Okay, that is not actually the plot of The Mark of Zorro but from the moment they meet each other on screen you know it’s what must happen. The razor sharp intensity of Basil Rathbone as Captain Esteban and Tyrone Power as the verbose, lacksidasical Don Diego Vega could not be more at odds with one another. We see the steel under Diego’s façade for a moment during their first meeting but the shrewd don is quick to hide his dislike for Esteban and his partner in crime, the Alcalde, or governor, Luis Quintero. Instead of public displays against the powers that be, Diego adopts the persona of El Zorro, or The Fox, and becomes one of the first superheroes to grace the silver screen.
While not equipped with superpowers in the traditional sense, or even the advantages of masked geniuses like Batman, Zorro quickly strikes fear into the heart of the corrupt officials of California and, in doing so, rode into the minds of the American people. Zorro is charming, skilled and mysterious and, while things look bleak for a time, he never looses.
You may have noticed that this post begins with a spoiler. But, if you’re at all familiar with swashbuckling films or you’re paying any attention at all to the incredible tension between these two characters you’ll quickly realize that the battle between Power’s Zorro and Rathbone’s Esteban is more than a plot point. It’s an inevitable law of nature. The two must clash, and it will be a battle for the ages.
In fact, more than anything else, it’s the power of these two actors that makes the movie something more than basic swashbuckling fare. Power depicts Zorro with such panache, such flair, such incredible ease of attitude and motion that you can’t help but believe this dashing rogue is really the most shrewd plotter and deadly swordsman in all of California. Rathbone’s signature glare, supreme self-confidence and air of constant readiness is a brilliant contrast. It feels almost as if the two start their duel from their first meeting, only escalating to actual steel when verbal barbs and crafty schemes fail to get them what they want.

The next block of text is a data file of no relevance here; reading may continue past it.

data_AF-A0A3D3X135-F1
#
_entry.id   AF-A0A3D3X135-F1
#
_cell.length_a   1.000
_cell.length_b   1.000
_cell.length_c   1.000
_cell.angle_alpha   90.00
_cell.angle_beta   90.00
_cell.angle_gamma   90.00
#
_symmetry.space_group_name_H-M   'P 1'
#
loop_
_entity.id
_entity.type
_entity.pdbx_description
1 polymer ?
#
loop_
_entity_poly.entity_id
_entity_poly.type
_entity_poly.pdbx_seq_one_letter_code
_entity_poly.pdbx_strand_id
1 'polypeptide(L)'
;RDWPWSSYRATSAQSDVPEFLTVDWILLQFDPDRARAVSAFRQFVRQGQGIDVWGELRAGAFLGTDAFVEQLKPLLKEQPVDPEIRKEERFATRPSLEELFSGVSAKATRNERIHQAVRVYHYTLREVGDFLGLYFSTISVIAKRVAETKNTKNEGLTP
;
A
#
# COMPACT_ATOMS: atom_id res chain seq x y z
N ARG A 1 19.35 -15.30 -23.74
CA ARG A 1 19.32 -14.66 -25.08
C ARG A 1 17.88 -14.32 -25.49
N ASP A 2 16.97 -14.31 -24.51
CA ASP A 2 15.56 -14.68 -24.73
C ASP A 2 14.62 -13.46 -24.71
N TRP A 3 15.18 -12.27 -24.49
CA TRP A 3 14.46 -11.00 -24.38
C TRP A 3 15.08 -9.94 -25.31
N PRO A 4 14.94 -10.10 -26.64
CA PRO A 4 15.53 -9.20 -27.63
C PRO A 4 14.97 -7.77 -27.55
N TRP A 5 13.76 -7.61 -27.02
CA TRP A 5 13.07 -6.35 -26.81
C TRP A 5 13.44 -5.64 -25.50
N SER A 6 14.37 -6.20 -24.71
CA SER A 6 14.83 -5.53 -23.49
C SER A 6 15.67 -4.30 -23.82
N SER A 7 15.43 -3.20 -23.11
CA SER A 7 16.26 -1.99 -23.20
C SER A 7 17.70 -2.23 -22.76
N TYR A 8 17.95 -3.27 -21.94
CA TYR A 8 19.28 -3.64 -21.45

Oh, there are other brilliant moments in the movie. At any moment with Zorro or Esteban on the screen, they dominate it. When they share a scene we cannot tell where to look. There literally isn’t room for both of them there, and sooner or later one of them will have to go. For a study in well crafted rivalry there really is no film better than this one (although there might be some just as good.)
The greatest tribute to any black and white film is to say it’s still worth watching today. For most swashbucklers, even some only a decade or two old, this isn’t the case. The acting tends to be mediocre, the action dated.
It’s true that the sword battles in The Mark of Zorro could be shot better, with better cinematography or special effects. But in terms of actual sword work these two actors are peerless and they demonstrate their skill with little of the flare or embellishment you see in action movies today – there’s nothing here but pulse pounding action.
The acting, as you’ve hopefully already gathered, is incredible.
The plot is timeless. We’ve all heard this story a million times before, but we don’t care because it’s such a fundamental tale. Sure, it’s not the greatest script, but sometimes it doesn’t have to be.
The Mark of Zorro. Watch it. You won’t be disappointed.